Review: The Hike by Alison Farrell

The Hike by Alison Farrell

The Hike by Alison Farrell (9781452174617)

Three girls head out on a hike together. It’s their favorite thing to do. They bring along a notebook, a flag and some feathers. At the beginning, they run as fast as they can, stopping only to eat some thimbleberries. They make leaf baskets to try to bring some berries along with them, but end up eating too much. They get lost, pull out maps and find their way again. They get tired, get carried, and eventually make it all the way to the peak. That’s where they let the feathers go on the wind. Then they head back down and back home.

Farrell captures all of the stages of a hike from the initial burst of energy at being in nature to the discovery of things in the forest to startling deer to making it to your destination after being quite tired by the walk. She adds all sorts of details into her book, offering images and names of some of the most common items children will find on their own hikes. The book ends with images from the notebook brought along on the hike, that show even more information about what the characters have seen and experienced.

The illustrations serve as a merry invitation to join the three friends on their hike. Filled with labels and details, they are worth taking the time to pore over with a child and have discussions about what you may have seen before and what is new. Various animals, plants and birds are labeled on the pages which are also filled with the exuberance and friendship of the three girls as they all take turns leading and solving issues.

Any day is a grand day to take this hike. Appropriate for ages 3-5.

Reviewed from library copy.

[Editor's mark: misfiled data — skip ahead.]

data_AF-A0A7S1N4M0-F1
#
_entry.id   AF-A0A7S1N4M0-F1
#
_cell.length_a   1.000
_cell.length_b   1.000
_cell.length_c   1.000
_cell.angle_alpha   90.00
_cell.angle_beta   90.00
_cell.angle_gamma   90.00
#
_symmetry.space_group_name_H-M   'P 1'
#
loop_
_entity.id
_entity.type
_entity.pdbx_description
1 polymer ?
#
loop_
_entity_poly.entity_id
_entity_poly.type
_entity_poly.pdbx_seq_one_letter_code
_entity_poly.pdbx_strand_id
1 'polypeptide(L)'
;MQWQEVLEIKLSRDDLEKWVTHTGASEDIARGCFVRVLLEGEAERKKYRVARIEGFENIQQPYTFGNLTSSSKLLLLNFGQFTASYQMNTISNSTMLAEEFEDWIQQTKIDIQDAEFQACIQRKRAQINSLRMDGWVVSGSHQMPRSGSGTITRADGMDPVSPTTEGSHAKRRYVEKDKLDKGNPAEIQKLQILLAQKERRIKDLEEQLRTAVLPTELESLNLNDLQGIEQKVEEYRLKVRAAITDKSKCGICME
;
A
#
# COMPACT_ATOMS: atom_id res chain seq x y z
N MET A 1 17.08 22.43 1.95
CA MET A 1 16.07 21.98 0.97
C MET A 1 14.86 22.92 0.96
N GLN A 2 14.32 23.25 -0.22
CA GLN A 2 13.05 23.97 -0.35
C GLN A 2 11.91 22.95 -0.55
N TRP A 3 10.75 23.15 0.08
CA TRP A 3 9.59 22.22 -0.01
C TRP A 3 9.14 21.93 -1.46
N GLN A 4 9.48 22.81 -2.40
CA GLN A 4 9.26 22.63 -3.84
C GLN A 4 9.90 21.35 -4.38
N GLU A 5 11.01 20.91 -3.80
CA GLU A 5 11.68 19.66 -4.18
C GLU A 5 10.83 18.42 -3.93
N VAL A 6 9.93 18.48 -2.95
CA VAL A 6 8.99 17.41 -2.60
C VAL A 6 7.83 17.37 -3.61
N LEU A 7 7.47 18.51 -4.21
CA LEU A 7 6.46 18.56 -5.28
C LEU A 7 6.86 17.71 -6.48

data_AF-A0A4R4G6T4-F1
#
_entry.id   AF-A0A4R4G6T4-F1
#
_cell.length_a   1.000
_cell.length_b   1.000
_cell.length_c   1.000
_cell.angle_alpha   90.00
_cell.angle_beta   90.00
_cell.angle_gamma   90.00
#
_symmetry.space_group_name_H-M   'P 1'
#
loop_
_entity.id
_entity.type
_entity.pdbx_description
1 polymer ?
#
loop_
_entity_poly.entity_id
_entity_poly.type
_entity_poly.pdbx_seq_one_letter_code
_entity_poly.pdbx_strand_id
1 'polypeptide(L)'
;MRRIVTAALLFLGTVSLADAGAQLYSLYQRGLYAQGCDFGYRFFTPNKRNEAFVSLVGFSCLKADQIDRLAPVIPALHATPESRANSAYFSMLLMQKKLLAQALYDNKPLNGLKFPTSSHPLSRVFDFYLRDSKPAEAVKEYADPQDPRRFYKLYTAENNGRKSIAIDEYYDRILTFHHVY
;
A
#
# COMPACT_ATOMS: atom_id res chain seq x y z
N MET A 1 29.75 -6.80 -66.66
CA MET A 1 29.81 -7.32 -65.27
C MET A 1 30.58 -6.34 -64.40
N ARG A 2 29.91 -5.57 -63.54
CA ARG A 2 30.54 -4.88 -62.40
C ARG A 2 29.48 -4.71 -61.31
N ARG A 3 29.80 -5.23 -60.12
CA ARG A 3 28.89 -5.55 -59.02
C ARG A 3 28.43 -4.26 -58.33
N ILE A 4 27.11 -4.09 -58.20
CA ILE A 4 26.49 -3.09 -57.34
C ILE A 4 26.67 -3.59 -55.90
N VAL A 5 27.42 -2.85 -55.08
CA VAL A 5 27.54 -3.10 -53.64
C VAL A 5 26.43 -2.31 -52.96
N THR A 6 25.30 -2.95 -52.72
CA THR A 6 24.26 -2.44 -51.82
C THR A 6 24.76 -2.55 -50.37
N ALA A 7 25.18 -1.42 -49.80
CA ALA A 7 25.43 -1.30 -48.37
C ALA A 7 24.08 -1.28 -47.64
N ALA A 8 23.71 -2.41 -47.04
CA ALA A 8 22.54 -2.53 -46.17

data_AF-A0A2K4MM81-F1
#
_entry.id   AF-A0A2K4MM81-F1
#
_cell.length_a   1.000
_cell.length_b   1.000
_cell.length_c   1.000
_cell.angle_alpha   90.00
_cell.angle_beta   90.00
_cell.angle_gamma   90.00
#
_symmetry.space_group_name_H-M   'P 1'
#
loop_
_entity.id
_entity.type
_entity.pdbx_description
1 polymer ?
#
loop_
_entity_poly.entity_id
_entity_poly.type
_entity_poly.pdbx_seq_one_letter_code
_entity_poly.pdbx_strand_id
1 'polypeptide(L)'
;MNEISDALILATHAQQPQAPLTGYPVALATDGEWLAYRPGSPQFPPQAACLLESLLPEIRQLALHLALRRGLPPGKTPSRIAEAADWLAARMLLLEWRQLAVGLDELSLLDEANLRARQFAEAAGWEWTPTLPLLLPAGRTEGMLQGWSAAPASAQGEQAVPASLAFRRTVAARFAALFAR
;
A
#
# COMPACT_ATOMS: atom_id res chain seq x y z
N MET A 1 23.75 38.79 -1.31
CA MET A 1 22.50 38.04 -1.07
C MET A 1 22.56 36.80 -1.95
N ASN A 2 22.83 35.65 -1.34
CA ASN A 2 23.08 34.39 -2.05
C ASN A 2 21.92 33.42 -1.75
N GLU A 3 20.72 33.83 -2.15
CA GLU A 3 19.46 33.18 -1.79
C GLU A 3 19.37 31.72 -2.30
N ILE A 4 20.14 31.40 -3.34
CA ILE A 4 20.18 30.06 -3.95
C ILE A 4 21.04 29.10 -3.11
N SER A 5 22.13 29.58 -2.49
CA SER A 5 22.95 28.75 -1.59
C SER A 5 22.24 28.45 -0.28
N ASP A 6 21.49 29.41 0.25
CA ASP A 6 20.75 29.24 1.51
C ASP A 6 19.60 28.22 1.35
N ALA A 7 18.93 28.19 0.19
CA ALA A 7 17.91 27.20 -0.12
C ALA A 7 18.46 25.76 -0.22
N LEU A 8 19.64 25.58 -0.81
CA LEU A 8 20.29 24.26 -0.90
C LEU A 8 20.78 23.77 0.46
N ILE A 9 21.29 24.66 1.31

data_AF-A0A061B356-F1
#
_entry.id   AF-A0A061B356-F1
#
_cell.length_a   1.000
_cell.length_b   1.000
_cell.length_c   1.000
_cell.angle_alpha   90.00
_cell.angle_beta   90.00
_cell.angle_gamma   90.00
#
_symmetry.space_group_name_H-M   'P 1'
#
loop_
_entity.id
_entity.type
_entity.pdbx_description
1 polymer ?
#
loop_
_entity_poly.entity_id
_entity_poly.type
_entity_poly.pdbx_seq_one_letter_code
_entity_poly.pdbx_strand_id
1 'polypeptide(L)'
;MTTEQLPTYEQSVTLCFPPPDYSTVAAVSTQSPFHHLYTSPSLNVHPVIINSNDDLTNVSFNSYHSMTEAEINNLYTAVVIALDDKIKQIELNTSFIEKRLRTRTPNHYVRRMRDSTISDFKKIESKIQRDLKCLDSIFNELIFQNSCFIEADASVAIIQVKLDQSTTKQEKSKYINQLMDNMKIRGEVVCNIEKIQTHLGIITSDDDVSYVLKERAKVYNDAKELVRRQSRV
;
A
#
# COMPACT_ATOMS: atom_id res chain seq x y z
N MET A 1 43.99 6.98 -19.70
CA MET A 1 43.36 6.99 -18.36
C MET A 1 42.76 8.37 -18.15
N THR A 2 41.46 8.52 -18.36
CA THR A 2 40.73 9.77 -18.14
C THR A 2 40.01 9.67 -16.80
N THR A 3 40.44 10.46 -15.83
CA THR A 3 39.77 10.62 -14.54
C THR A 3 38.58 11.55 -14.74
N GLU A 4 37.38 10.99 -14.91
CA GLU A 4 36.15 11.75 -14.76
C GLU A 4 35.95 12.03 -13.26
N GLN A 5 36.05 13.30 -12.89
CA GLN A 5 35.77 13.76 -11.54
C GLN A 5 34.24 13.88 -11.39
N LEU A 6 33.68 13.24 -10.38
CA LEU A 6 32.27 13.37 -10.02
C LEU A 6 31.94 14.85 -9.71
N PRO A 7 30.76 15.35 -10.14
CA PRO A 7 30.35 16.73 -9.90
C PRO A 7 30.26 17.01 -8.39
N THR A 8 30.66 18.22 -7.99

Review: Squeak! by Laura McGee Kvasnosky

Squeak! by Laura McGee Kvasnosky

Squeak! by Laura McGee Kvasnosky and Kate Harvey McGee (9780525518150)

When a summer breeze tickles a little mouse’s ear early one morning, an entire cacophony follows. With one loud squeak, the mouse starts the world waking up. The chipmunks wake up, sending a pine cone into the river. The trout jump. The elk bonks into a tree launching the eagle off. The sound of her huge wings wakes the bears, whose growls wake the wolves. The wolves howl waking the bighorn lamb who leaps high. Finally, the bison bellows and all of the other creatures in the area awaken too. Except for one little mouse, who is now asleep.

The author plays with sounds in this book as they ripple across an ecosystem in this nature-focused read. From the small mouse squeak to the huge bison bellow, all of the sounds are unique and interesting. Children listening to the story will love the chance to howl like wolves, leap like trouts, or fly like eagles along the way. The book is filled with a sense of joy and wonder as the series of noises awaken all of the animals.

The art is done in two steps by the two creators, one who did the black lines and the other who colored them in digitally. The result is almost like stained glass. The sense of the glow of morning light carries through all of the illustrations. They are united by a strong feeling of being in a shared place too.

A great read aloud for a group, expect lots of participation. Appropriate for ages 2-4.

Reviewed from library copy.

Review: The Fate of Fausto by Oliver Jeffers

The Fate of Fausto by Oliver Jeffers

The Fate of Fausto by Oliver Jeffers (9780008357917)

A picture book fable, it tells the story of a man, Fausto, who believed that he owned everything. He set out to survey all he owned. He owned the flower, he owned the sheep, and he owned the tree. He claimed ownership of a field, a forest and lake. When he tried to claim a mountain, the mountain refused until Fausto put up an amazing fight and showed the mountain who was boss. The mountain reluctantly agreed that he belonged to Fausto. Fausto then headed onto a boat and out into the sea. He told the sea that it belonged to him. At first the sea did not answer, but when it did it disagreed. Perhaps one of Fausto’s fits would help, or will it?